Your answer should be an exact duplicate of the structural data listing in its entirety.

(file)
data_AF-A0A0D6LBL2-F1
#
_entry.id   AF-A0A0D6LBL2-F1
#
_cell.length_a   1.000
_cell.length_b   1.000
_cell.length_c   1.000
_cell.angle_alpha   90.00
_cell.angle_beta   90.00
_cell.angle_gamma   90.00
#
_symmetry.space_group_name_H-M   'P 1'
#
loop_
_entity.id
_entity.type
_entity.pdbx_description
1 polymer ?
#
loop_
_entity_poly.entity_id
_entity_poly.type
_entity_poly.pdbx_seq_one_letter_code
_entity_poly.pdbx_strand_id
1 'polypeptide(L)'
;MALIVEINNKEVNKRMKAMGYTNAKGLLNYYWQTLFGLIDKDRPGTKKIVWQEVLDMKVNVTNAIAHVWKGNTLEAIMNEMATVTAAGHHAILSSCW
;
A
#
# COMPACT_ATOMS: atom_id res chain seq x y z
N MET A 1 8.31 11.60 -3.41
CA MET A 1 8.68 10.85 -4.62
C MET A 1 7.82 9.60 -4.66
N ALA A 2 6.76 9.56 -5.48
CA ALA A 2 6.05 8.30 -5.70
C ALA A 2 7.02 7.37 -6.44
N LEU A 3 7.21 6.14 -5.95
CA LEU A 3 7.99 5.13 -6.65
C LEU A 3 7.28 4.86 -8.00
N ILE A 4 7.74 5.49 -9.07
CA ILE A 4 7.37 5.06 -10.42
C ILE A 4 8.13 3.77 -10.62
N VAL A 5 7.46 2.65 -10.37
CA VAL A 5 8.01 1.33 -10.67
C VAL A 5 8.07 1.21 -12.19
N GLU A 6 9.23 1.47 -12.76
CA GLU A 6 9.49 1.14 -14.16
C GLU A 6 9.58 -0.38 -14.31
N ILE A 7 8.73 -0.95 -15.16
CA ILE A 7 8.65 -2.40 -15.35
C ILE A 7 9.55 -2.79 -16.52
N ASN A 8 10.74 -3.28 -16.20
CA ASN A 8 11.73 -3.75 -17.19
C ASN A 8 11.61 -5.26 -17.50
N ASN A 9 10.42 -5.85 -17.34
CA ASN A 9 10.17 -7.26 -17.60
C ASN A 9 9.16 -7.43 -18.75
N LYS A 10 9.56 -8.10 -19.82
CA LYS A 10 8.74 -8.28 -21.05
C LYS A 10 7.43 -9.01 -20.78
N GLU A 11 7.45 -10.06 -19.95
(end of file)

data_AF-A0A0D6LBL2-F1
#
_entry.id   AF-A0A0D6LBL2-F1
#
_cell.length_a   1.000
_cell.length_b   1.000
_cell.length_c   1.000
_cell.angle_alpha   90.00
_cell.angle_beta   90.00
_cell.angle_gamma   90.00
#
_symmetry.space_group_name_H-M   'P 1'
#
loop_
_entity.id
_entity.type
_entity.pdbx_description
1 polymer ?
#
loop_
_entity_poly.entity_id
_entity_poly.type
_entity_poly.pdbx_seq_one_letter_code
_entity_poly.pdbx_strand_id
1 'polypeptide(L)'
;MALIVEINNKEVNKRMKAMGYTNAKGLLNYYWQTLFGLIDKDRPGTKKIVWQEVLDMKVNVTNAIAHVWKGNTLEAIMNEMATVTAAGHHAILSSCW
;
A
#
# COMPACT_ATOMS: atom_id res chain seq x y z
N MET A 1 8.31 11.60 -3.41
CA MET A 1 8.68 10.85 -4.62
C MET A 1 7.82 9.60 -4.66
N ALA A 2 6.76 9.56 -5.48
CA ALA A 2 6.05 8.30 -5.70
C ALA A 2 7.02 7.37 -6.44
N LEU A 3 7.21 6.14 -5.95
CA LEU A 3 7.99 5.13 -6.65
C LEU A 3 7.28 4.86 -8.00
N ILE A 4 7.74 5.49 -9.07
CA ILE A 4 7.37 5.06 -10.42
C ILE A 4 8.13 3.77 -10.62
N VAL A 5 7.46 2.65 -10.37
CA VAL A 5 8.01 1.33 -10.67
C VAL A 5 8.07 1.21 -12.19
N GLU A 6 9.23 1.47 -12.76
CA GLU A 6 9.49 1.14 -14.16
C GLU A 6 9.58 -0.38 -14.31
N ILE A 7 8.73 -0.95 -15.16
CA ILE A 7 8.65 -2.40 -15.35
C ILE A 7 9.55 -2.79 -16.52
N ASN A 8 10.74 -3.28 -16.20
CA ASN A 8 11.73 -3.75 -17.19
C ASN A 8 11.61 -5.26 -17.50
N ASN A 9 10.42 -5.85 -17.34
CA ASN A 9 10.17 -7.26 -17.60
C ASN A 9 9.16 -7.43 -18.75
N LYS A 10 9.56 -8.10 -19.82
CA LYS A 10 8.74 -8.28 -21.05
C LYS A 10 7.43 -9.01 -20.78
N GLU A 11 7.45 -10.06 -19.95